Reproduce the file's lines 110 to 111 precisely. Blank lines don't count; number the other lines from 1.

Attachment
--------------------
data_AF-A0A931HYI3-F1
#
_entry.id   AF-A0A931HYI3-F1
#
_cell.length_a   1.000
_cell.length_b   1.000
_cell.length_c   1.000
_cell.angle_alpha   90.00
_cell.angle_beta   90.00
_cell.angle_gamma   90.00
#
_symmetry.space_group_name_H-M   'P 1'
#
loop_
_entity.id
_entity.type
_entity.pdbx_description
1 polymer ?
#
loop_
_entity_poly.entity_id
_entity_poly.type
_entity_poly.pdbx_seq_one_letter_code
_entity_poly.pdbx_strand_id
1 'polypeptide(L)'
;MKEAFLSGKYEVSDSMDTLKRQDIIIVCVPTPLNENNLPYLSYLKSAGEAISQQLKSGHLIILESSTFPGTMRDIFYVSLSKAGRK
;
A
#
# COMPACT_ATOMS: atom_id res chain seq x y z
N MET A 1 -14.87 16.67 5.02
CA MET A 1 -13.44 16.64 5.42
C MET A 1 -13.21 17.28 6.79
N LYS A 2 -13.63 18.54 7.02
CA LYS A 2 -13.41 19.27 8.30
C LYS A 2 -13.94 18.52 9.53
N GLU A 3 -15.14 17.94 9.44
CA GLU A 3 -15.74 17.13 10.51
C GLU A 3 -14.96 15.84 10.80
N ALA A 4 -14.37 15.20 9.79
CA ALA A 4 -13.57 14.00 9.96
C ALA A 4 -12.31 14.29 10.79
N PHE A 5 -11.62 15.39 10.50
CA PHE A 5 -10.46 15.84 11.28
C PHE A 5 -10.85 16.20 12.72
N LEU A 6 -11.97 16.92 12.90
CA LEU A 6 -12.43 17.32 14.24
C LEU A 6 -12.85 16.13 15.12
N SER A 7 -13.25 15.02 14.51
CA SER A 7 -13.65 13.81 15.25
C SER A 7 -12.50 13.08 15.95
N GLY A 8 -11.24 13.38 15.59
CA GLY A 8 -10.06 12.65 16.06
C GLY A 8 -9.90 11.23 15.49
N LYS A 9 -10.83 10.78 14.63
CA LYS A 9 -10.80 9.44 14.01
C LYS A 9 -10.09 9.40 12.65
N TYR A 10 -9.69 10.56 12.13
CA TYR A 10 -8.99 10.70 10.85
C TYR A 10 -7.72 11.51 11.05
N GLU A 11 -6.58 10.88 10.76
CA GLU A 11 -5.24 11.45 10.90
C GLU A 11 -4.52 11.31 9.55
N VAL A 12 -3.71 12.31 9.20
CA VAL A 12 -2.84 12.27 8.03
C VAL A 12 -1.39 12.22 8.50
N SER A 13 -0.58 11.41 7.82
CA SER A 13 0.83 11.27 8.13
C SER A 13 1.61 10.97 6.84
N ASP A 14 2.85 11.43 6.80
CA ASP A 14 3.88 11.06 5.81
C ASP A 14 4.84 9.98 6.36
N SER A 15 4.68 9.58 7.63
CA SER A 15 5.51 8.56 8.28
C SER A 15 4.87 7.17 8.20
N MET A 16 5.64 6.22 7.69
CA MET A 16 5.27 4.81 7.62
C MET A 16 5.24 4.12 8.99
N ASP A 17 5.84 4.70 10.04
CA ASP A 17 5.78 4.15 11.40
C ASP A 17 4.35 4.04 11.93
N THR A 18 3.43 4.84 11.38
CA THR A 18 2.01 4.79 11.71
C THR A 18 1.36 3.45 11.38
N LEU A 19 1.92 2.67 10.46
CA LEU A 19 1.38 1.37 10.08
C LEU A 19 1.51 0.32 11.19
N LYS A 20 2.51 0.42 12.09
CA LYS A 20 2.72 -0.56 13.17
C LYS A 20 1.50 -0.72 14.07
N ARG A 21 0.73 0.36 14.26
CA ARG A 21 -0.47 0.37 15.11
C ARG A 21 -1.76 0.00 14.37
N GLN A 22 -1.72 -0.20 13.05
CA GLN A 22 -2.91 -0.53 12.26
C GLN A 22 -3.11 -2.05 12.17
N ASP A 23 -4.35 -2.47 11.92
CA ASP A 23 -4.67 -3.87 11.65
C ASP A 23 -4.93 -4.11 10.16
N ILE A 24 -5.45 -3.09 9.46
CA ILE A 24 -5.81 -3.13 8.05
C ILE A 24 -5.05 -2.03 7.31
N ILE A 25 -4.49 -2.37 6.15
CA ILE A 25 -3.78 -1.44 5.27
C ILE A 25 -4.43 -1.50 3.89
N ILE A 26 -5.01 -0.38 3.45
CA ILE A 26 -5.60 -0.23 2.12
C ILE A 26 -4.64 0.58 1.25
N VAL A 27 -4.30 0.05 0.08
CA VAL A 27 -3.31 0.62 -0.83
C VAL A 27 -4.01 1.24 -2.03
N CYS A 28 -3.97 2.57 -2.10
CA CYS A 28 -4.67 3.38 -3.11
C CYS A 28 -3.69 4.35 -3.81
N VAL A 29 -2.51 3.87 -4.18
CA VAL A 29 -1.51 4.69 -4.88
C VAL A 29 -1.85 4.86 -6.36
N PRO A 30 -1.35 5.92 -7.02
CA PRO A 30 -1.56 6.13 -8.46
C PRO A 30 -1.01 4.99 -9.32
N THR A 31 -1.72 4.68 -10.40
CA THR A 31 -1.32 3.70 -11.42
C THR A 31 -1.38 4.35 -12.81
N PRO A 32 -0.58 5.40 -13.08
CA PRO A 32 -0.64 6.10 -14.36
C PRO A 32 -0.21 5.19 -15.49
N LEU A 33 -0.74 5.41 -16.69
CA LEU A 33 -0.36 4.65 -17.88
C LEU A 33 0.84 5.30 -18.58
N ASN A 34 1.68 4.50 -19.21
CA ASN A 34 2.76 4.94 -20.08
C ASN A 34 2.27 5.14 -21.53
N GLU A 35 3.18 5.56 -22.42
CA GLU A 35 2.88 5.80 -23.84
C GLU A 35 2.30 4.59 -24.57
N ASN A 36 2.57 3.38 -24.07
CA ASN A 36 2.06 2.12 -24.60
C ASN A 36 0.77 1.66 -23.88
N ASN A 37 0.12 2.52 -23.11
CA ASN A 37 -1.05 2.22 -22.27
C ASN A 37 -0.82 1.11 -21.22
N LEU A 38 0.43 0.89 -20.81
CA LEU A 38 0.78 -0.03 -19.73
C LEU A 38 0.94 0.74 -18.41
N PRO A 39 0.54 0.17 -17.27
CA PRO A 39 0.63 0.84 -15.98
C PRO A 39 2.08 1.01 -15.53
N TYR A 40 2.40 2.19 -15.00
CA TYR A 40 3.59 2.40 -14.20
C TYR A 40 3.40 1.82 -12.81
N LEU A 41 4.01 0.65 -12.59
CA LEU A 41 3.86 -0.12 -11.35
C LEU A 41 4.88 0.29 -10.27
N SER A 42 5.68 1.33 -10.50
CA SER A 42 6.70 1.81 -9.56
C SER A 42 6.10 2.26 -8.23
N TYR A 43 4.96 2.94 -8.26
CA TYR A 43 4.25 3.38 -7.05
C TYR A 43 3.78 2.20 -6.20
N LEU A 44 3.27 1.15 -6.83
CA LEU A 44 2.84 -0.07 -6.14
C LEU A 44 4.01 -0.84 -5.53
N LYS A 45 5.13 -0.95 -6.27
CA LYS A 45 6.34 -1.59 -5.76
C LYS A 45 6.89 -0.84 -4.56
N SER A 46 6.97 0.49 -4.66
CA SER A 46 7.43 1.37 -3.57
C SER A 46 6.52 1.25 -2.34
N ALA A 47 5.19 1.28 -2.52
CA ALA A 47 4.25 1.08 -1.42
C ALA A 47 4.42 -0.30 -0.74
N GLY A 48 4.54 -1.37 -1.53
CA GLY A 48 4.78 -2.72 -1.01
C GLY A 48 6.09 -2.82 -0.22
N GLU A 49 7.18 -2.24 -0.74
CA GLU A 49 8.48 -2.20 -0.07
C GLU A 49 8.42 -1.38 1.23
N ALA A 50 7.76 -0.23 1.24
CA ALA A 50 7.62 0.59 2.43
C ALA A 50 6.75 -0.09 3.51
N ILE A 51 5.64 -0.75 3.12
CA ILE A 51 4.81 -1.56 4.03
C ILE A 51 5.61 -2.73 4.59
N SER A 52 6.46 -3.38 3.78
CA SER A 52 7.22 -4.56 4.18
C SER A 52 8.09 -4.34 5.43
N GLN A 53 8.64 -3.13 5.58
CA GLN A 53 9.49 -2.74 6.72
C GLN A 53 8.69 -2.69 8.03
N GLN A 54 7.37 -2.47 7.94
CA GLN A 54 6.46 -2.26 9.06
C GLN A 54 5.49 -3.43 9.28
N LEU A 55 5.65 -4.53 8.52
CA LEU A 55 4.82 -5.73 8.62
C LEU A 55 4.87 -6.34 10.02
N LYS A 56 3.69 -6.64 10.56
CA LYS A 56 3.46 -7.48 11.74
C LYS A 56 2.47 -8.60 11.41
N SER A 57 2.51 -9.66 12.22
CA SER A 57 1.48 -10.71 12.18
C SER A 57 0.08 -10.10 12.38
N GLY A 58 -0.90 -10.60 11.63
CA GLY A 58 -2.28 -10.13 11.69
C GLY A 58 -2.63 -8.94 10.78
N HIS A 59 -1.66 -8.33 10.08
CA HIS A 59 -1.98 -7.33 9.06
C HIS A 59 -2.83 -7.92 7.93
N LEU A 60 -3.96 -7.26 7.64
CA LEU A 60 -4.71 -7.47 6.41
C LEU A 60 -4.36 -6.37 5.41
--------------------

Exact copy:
CA VAL A 27 -3.31 0.62 -0.83
C VAL A 27 -4.01 1.24 -2.03